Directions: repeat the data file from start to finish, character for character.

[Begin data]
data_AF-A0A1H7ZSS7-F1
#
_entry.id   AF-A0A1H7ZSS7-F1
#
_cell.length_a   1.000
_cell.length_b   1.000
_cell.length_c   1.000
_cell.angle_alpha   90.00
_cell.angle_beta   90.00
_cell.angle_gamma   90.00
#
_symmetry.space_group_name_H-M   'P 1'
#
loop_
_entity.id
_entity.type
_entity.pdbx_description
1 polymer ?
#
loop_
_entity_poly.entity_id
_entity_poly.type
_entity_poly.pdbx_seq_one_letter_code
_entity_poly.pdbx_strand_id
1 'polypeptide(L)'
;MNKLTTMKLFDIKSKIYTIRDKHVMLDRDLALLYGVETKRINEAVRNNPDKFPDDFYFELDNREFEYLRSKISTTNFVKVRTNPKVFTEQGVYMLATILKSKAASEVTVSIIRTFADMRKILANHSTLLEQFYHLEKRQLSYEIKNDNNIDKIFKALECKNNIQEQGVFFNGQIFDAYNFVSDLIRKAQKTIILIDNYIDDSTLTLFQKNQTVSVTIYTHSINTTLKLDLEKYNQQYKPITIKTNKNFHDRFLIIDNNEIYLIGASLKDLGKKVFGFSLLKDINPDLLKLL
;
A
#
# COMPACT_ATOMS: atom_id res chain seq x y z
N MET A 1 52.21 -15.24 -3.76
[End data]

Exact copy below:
data_AF-A0A1H7ZSS7-F1
#
_entry.id   AF-A0A1H7ZSS7-F1
#
_cell.length_a   1.000
_cell.length_b   1.000
_cell.length_c   1.000
_cell.angle_alpha   90.00
_cell.angle_beta   90.00
_cell.angle_gamma   90.00
#
_symmetry.space_group_name_H-M   'P 1'
#
loop_
_entity.id
_entity.type
_entity.pdbx_description
1 polymer ?
#
loop_
_entity_poly.entity_id
_entity_poly.type
_entity_poly.pdbx_seq_one_letter_code
_entity_poly.pdbx_strand_id
1 'polypeptide(L)'
;MNKLTTMKLFDIKSKIYTIRDKHVMLDRDLALLYGVETKRINEAVRNNPDKFPDDFYFELDNREFEYLRSKISTTNFVKVRTNPKVFTEQGVYMLATILKSKAASEVTVSIIRTFADMRKILANHSTLLEQFYHLEKRQLSYEIKNDNNIDKIFKALECKNNIQEQGVFFNGQIFDAYNFVSDLIRKAQKTIILIDNYIDDSTLTLFQKNQTVSVTIYTHSINTTLKLDLEKYNQQYKPITIKTNKNFHDRFLIIDNNEIYLIGASLKDLGKKVFGFSLLKDINPDLLKLL
;
A
#
# COMPACT_ATOMS: atom_id res chain seq x y z
N MET A 1 52.21 -15.24 -3.76